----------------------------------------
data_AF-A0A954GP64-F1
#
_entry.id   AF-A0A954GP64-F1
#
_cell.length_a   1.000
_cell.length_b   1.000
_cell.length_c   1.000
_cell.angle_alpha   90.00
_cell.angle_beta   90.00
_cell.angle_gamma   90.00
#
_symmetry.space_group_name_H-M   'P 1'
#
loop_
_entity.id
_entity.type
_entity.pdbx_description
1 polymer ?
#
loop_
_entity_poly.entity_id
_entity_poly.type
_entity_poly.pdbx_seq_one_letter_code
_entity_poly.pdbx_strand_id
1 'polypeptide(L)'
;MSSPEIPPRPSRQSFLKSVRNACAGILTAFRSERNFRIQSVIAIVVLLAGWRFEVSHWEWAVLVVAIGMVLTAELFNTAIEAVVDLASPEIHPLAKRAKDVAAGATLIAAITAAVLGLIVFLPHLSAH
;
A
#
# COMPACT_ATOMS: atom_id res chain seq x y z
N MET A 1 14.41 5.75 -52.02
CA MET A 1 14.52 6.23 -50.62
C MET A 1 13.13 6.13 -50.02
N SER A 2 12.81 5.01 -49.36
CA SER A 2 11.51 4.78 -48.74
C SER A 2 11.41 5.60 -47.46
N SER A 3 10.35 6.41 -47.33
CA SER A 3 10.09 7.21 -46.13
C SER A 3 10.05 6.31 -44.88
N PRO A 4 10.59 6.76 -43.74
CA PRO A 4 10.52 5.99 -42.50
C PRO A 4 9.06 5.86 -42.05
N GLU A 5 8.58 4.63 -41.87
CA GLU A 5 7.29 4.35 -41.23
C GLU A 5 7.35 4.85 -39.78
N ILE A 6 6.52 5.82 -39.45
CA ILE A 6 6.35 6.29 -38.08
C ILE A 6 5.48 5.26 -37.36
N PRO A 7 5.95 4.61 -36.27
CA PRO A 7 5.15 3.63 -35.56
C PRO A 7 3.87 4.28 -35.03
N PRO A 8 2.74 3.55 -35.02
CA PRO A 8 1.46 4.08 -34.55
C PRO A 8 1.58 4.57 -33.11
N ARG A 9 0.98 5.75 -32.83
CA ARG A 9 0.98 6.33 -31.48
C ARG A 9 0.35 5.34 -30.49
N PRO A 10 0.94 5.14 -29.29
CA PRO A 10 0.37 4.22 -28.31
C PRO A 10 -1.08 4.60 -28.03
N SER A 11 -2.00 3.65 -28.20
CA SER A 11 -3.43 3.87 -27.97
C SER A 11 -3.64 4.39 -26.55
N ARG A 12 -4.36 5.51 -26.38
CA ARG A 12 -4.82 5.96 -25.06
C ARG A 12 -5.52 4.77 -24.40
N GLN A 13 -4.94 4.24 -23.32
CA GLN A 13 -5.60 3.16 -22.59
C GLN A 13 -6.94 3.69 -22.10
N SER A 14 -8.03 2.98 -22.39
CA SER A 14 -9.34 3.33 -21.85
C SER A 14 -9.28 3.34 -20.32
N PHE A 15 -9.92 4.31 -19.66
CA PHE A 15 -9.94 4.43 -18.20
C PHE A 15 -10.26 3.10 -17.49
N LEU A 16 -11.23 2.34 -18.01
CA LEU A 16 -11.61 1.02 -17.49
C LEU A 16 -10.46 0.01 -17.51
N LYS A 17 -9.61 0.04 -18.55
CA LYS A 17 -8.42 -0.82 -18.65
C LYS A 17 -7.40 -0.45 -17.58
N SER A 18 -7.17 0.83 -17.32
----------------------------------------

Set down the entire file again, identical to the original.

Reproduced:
data_AF-A0A954GP64-F1
#
_entry.id   AF-A0A954GP64-F1
#
_cell.length_a   1.000
_cell.length_b   1.000
_cell.length_c   1.000
_cell.angle_alpha   90.00
_cell.angle_beta   90.00
_cell.angle_gamma   90.00
#
_symmetry.space_group_name_H-M   'P 1'
#
loop_
_entity.id
_entity.type
_entity.pdbx_description
1 polymer ?
#
loop_
_entity_poly.entity_id
_entity_poly.type
_entity_poly.pdbx_seq_one_letter_code
_entity_poly.pdbx_strand_id
1 'polypeptide(L)'
;MSSPEIPPRPSRQSFLKSVRNACAGILTAFRSERNFRIQSVIAIVVLLAGWRFEVSHWEWAVLVVAIGMVLTAELFNTAIEAVVDLASPEIHPLAKRAKDVAAGATLIAAITAAVLGLIVFLPHLSAH
;
A
#
# COMPACT_ATOMS: atom_id res chain seq x y z
N MET A 1 14.41 5.75 -52.02
CA MET A 1 14.52 6.23 -50.62
C MET A 1 13.13 6.13 -50.02
N SER A 2 12.81 5.01 -49.36
CA SER A 2 11.51 4.78 -48.74
C SER A 2 11.41 5.60 -47.46
N SER A 3 10.35 6.41 -47.33
CA SER A 3 10.09 7.21 -46.13
C SER A 3 10.05 6.31 -44.88
N PRO A 4 10.59 6.76 -43.74
CA PRO A 4 10.52 5.99 -42.50
C PRO A 4 9.06 5.86 -42.05
N GLU A 5 8.58 4.63 -41.87
CA GLU A 5 7.29 4.35 -41.23
C GLU A 5 7.35 4.85 -39.78
N ILE A 6 6.52 5.82 -39.45
CA ILE A 6 6.35 6.29 -38.08
C ILE A 6 5.48 5.26 -37.36
N PRO A 7 5.95 4.61 -36.27
CA PRO A 7 5.15 3.63 -35.56
C PRO A 7 3.87 4.28 -35.03
N PRO A 8 2.74 3.55 -35.02
CA PRO A 8 1.46 4.08 -34.55
C PRO A 8 1.58 4.57 -33.11
N ARG A 9 0.98 5.75 -32.83
CA ARG A 9 0.98 6.33 -31.48
C ARG A 9 0.35 5.34 -30.49
N PRO A 10 0.94 5.14 -29.29
CA PRO A 10 0.37 4.22 -28.31
C PRO A 10 -1.08 4.60 -28.03
N SER A 11 -2.00 3.65 -28.20
CA SER A 11 -3.43 3.87 -27.97
C SER A 11 -3.64 4.39 -26.55
N ARG A 12 -4.36 5.51 -26.38
CA ARG A 12 -4.82 5.96 -25.06
C ARG A 12 -5.52 4.77 -24.40
N GLN A 13 -4.94 4.24 -23.32
CA GLN A 13 -5.60 3.16 -22.59
C GLN A 13 -6.94 3.69 -22.10
N SER A 14 -8.03 2.98 -22.39
CA SER A 14 -9.34 3.33 -21.85
C SER A 14 -9.28 3.34 -20.32
N PHE A 15 -9.92 4.31 -19.66
CA PHE A 15 -9.94 4.43 -18.20
C PHE A 15 -10.26 3.10 -17.49
N LEU A 16 -11.23 2.34 -18.01
CA LEU A 16 -11.61 1.02 -17.49
C LEU A 16 -10.46 0.01 -17.51
N LYS A 17 -9.61 0.04 -18.55
CA LYS A 17 -8.42 -0.82 -18.65
C LYS A 17 -7.40 -0.45 -17.58
N SER A 18 -7.17 0.83 -17.32